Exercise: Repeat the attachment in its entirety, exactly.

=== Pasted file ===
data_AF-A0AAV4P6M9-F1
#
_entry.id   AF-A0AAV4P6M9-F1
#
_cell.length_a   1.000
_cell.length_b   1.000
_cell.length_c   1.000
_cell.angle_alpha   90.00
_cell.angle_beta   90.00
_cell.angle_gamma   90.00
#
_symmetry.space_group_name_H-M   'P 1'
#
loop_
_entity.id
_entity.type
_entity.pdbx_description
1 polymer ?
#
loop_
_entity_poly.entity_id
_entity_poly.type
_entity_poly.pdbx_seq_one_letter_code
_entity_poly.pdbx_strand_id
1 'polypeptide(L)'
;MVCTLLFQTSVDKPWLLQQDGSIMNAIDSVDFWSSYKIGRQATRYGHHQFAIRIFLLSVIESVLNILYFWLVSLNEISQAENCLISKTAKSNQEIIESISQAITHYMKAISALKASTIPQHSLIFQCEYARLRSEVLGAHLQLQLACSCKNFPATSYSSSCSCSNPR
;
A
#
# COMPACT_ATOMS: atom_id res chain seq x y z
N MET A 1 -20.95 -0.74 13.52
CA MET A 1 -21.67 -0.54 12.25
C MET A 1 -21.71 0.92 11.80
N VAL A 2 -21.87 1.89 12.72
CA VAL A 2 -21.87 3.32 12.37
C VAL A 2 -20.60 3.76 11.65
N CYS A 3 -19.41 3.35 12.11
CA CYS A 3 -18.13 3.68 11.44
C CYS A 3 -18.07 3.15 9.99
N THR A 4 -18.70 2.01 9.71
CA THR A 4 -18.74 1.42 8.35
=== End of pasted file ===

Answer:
data_AF-A0AAV4P6M9-F1
#
_entry.id   AF-A0AAV4P6M9-F1
#
_cell.length_a   1.000
_cell.length_b   1.000
_cell.length_c   1.000
_cell.angle_alpha   90.00
_cell.angle_beta   90.00
_cell.angle_gamma   90.00
#
_symmetry.space_group_name_H-M   'P 1'
#
loop_
_entity.id
_entity.type
_entity.pdbx_description
1 polymer ?
#
loop_
_entity_poly.entity_id
_entity_poly.type
_entity_poly.pdbx_seq_one_letter_code
_entity_poly.pdbx_strand_id
1 'polypeptide(L)'
;MVCTLLFQTSVDKPWLLQQDGSIMNAIDSVDFWSSYKIGRQATRYGHHQFAIRIFLLSVIESVLNILYFWLVSLNEISQAENCLISKTAKSNQEIIESISQAITHYMKAISALKASTIPQHSLIFQCEYARLRSEVLGAHLQLQLACSCKNFPATSYSSSCSCSNPR
;
A
#
# COMPACT_ATOMS: atom_id res chain seq x y z
N MET A 1 -20.95 -0.74 13.52
CA MET A 1 -21.67 -0.54 12.25
C MET A 1 -21.71 0.92 11.80
N VAL A 2 -21.87 1.89 12.72
CA VAL A 2 -21.87 3.32 12.37
C VAL A 2 -20.60 3.76 11.65
N CYS A 3 -19.41 3.35 12.11
CA CYS A 3 -18.13 3.68 11.44
C CYS A 3 -18.07 3.15 9.99
N THR A 4 -18.70 2.01 9.71
CA THR A 4 -18.74 1.42 8.35